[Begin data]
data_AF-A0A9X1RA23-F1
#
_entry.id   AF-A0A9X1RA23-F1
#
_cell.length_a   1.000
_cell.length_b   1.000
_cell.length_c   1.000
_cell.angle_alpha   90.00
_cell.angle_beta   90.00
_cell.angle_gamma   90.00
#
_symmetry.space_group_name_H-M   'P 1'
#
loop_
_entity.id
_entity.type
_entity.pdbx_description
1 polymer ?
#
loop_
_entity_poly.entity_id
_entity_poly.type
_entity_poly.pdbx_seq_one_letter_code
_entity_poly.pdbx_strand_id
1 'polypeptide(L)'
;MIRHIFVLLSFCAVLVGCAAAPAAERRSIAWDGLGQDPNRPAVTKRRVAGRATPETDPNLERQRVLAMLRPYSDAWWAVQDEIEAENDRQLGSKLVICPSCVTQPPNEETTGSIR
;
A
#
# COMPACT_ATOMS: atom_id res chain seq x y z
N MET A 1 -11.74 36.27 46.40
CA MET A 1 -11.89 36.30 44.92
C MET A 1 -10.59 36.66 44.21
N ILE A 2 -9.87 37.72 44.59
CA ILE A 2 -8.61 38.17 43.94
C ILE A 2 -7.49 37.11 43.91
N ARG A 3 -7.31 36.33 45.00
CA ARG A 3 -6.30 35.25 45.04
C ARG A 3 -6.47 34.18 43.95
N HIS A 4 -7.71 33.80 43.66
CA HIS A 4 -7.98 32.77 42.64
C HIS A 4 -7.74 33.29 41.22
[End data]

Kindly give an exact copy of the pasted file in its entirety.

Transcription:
data_AF-A0A9X1RA23-F1
#
_entry.id   AF-A0A9X1RA23-F1
#
_cell.length_a   1.000
_cell.length_b   1.000
_cell.length_c   1.000
_cell.angle_alpha   90.00
_cell.angle_beta   90.00
_cell.angle_gamma   90.00
#
_symmetry.space_group_name_H-M   'P 1'
#
loop_
_entity.id
_entity.type
_entity.pdbx_description
1 polymer ?
#
loop_
_entity_poly.entity_id
_entity_poly.type
_entity_poly.pdbx_seq_one_letter_code
_entity_poly.pdbx_strand_id
1 'polypeptide(L)'
;MIRHIFVLLSFCAVLVGCAAAPAAERRSIAWDGLGQDPNRPAVTKRRVAGRATPETDPNLERQRVLAMLRPYSDAWWAVQDEIEAENDRQLGSKLVICPSCVTQPPNEETTGSIR
;
A
#
# COMPACT_ATOMS: atom_id res chain seq x y z
N MET A 1 -11.74 36.27 46.40
CA MET A 1 -11.89 36.30 44.92
C MET A 1 -10.59 36.66 44.21
N ILE A 2 -9.87 37.72 44.59
CA ILE A 2 -8.61 38.17 43.94
C ILE A 2 -7.49 37.11 43.91
N ARG A 3 -7.31 36.33 45.00
CA ARG A 3 -6.30 35.25 45.04
C ARG A 3 -6.47 34.18 43.95
N HIS A 4 -7.71 33.80 43.66
CA HIS A 4 -7.98 32.77 42.64
C HIS A 4 -7.74 33.29 41.22